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Currently working on a multi-threaded WP 7.1.1 application and slightly more than half of the time the application quits during the "initial phase" without throwing any Exception. It simply ends with all threads returning 0x0 and without entering any Closing/Exit/Quit events.

The thread '<No Name>' (0xfde00d2) has exited with code 0 (0x0).
The thread '<No Name>' (0xe860116) has exited with code 0 (0x0).
The thread '<No Name>' (0xfdf00c6) has exited with code 0 (0x0).
The thread '<No Name>' (0xf8d012e) has exited with code 0 (0x0).
The thread '<No Name>' (0xfd5010e) has exited with code 0 (0x0).
The thread '<No Name>' (0xfbc011a) has exited with code 0 (0x0).
The thread '<No Name>' (0xf9900ee) has exited with code 0 (0x0).
The program '[268042506] UI Task: Managed' has exited with code 0 (0x0).

What does "initial phase" mean exactly? I profiled the app with "Windows Phone Performance Analysis" and together with some debug messages and some logging I estimate it is approximately 3-4 seconds after the start. At his point the GUI is already visible for a very brief amount of time.

I'm almost certain that the problem occurs duo to the following call:

private static List<MyEntries> EntriesLoad()
    using(var context = Context.ReadOnly) // <- works
        return context.MyEntries.Where(m => !m.Deleted).OrderBy(m => m.Name).ToList(); // <- problem

private async void EntriesReload()
    EntriesLoaded = false; // <- called
    var entries = await TaskEx.Run<List<MyEntries>>(EntriesLoad); // <- called
    EntriesLoaded = true; // <- only get's called 50% of the time/ otherwise app quits

To prevent any multithreading issues with the DataContext, a new context is created on each call:

public static Context ReadOnly 
    get { return new Context(ConnectionReadOnly); }

I even tried BackgroundWorker and ThreadPool instead of the Async CTP 3, but with the same effect. I know very similiar questions have been been asked many times before, but I simply couldn't find any solution as of yet to my problem. Is there any way/ program I could find the exact method (reason, loc) that is causing the exception? Are there maybe any limits on how many threads can be created? Can DataContext be safely used in this manner?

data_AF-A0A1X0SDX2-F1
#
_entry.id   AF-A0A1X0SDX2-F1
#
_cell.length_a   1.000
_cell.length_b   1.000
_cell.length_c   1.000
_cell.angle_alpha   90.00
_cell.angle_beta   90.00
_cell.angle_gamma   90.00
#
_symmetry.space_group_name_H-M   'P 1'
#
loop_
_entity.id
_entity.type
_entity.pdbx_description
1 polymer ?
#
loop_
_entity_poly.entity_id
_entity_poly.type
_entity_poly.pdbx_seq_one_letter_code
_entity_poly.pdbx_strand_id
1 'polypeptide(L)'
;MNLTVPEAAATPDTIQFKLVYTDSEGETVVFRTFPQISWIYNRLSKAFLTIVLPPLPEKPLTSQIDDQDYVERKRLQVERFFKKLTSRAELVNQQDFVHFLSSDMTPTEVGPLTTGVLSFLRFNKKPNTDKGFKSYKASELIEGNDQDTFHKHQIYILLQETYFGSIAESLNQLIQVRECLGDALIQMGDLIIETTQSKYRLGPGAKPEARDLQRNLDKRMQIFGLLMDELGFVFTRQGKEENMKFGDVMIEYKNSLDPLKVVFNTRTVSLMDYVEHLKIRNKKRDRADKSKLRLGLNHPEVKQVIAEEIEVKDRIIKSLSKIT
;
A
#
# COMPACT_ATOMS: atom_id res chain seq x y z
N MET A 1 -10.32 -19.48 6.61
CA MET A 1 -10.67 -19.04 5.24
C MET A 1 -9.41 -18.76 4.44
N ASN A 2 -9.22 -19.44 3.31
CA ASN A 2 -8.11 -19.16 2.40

Your help is much appreciated.

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2 Answers 2

When an async void method throws an exception, that exception is passed straight through to the "context" - in this case, a UI context.

So - even if you're calling EntriesReload in a try/catch - you'll never catch any exception raised by EntriesReload.

async methods should always return Task or Task<TResult>, unless they have to return void (e.g., async event handlers).

Then when you call EntriesReload, await the result. This will not fix the crash, but it'll let you see the exception.

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up vote 0 down vote accepted

Thank you Stephen for you reply. I was still unable to catch any exception with your proposed changes, however, your answer helped me to better understand what is going on behind the curtain. So thanks again for that.

I finally managed to get rid of all the "silent" exceptions that caused the application to - almost half the time - quit randomly shortly after the start. To my surprise it was perhaps not caused by any code of mine, but could be originated in the DataContext class. How come? In my application I have been using two different connection strings:

/* with DeferredLoadingEnabled = false; ObjectTrackingEnabled = true; */
private const string Connection = "Data Source=isostore:/MyDatabase.sdf;max buffer size=1024;max database size=512;";

/* with DeferredLoadingEnabled = false; ObjectTrackingEnabled = false; */
private const string ConnectionReadOnly = Connection + "File Mode = read only;";

The exceptions only occured during (and not after, before or while assigning return values) read opperations on a DataContext that used the ReadOnly connection string. Getting rid of the ReadOnly property, and not changing a single other line of code, solved my problems completely. So maybe there is a threading issue in DataContext or in one of the libraries? I can't really judge the performance impact of abstaining from ReadOnly connections, but since I'm only retrieving a small amount of data and I'm using DataContext in a very atomic-manner, I don't mind a possible overhead in my particular use case.

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